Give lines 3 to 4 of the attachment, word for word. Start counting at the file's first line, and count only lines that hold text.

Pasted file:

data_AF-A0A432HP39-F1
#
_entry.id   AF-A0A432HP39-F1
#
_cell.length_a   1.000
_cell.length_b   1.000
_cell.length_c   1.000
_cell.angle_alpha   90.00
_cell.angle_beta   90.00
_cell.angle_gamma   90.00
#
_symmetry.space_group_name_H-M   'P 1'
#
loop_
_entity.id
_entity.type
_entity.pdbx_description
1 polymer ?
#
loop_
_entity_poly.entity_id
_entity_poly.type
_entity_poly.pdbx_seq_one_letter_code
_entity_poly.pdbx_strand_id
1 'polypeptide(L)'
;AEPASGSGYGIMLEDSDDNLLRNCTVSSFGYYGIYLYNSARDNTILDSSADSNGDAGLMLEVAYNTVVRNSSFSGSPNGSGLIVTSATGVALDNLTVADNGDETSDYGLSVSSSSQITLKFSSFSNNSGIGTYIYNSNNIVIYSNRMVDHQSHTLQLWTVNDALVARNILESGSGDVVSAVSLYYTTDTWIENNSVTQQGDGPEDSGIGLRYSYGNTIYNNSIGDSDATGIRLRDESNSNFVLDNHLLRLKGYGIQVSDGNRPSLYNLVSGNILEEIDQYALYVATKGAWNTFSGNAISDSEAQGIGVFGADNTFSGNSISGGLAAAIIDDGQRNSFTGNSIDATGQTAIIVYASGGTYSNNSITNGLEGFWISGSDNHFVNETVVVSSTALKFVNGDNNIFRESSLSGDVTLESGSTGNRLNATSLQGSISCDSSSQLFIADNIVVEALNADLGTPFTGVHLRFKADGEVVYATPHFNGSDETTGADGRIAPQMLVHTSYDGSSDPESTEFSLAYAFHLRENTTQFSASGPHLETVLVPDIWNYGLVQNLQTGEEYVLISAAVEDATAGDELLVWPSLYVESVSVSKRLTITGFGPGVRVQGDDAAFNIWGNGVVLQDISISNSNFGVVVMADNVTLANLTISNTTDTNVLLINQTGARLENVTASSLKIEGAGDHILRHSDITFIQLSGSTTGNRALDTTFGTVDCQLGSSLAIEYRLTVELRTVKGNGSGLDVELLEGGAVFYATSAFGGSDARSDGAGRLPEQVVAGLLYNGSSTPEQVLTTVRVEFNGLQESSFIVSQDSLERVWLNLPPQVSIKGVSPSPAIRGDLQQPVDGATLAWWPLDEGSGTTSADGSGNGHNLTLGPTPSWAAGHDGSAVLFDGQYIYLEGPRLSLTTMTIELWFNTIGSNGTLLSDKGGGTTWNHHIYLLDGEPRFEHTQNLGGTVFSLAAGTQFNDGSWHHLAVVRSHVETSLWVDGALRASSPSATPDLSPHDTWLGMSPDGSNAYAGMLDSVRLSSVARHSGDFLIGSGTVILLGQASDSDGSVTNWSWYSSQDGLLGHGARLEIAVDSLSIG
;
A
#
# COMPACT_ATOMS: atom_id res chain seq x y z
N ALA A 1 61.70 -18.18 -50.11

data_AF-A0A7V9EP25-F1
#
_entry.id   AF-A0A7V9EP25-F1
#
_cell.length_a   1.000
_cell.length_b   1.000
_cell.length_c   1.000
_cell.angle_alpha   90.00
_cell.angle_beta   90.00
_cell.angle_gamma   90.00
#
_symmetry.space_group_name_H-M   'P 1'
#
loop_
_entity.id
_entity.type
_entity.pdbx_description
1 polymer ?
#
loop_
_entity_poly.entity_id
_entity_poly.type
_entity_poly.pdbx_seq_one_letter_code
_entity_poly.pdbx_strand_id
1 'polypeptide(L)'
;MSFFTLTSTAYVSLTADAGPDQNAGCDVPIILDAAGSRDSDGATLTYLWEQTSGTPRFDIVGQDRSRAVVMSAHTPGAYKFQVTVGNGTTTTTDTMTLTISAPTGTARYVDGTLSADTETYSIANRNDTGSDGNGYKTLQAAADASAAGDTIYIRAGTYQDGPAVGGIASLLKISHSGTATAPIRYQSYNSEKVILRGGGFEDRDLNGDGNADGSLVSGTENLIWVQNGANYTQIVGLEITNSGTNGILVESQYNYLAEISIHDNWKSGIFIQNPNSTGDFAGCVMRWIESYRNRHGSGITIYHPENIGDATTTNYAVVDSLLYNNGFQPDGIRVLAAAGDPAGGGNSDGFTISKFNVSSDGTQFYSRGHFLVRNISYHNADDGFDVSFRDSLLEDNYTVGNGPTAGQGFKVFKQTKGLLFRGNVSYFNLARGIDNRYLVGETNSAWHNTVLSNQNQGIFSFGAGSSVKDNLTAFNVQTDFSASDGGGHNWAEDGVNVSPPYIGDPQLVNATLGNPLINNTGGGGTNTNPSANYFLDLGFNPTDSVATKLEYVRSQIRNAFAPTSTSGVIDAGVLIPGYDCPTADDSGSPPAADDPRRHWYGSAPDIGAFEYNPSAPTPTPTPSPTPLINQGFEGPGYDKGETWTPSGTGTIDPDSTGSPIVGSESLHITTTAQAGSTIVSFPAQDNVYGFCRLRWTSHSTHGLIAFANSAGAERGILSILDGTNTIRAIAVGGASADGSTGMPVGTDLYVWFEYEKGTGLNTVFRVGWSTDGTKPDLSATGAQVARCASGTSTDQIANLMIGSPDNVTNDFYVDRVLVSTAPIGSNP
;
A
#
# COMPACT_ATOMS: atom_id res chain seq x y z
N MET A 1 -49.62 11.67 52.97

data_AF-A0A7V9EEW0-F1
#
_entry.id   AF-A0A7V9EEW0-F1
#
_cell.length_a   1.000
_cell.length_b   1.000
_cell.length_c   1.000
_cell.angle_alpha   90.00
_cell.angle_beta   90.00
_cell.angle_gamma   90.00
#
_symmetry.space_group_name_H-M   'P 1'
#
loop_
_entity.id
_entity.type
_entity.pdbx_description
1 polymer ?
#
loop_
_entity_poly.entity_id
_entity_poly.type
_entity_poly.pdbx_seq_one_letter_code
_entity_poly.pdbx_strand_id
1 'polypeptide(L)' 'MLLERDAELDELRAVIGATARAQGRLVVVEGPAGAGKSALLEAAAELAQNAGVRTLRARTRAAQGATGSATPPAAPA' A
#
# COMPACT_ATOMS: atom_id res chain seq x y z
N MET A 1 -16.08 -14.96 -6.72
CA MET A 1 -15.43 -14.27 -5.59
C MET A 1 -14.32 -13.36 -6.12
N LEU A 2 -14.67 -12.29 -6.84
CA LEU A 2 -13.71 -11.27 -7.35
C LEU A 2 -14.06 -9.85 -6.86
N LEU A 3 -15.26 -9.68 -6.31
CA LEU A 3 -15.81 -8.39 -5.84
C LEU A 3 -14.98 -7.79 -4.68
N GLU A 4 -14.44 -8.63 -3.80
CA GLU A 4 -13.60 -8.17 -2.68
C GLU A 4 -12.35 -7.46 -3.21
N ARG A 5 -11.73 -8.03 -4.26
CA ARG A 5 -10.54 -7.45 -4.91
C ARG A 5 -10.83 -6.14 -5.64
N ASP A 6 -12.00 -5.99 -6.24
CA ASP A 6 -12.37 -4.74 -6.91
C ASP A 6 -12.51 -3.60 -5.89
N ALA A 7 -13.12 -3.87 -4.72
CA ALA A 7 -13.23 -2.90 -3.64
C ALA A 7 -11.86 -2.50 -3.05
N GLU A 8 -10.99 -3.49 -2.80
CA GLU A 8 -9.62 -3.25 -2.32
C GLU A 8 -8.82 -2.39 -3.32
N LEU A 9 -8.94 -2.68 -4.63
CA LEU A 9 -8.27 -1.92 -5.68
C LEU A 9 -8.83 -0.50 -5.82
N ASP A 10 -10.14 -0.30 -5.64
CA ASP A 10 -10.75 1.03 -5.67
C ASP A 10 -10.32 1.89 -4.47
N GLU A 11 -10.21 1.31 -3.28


_entry.id   AF-A0A432HP39-F1
#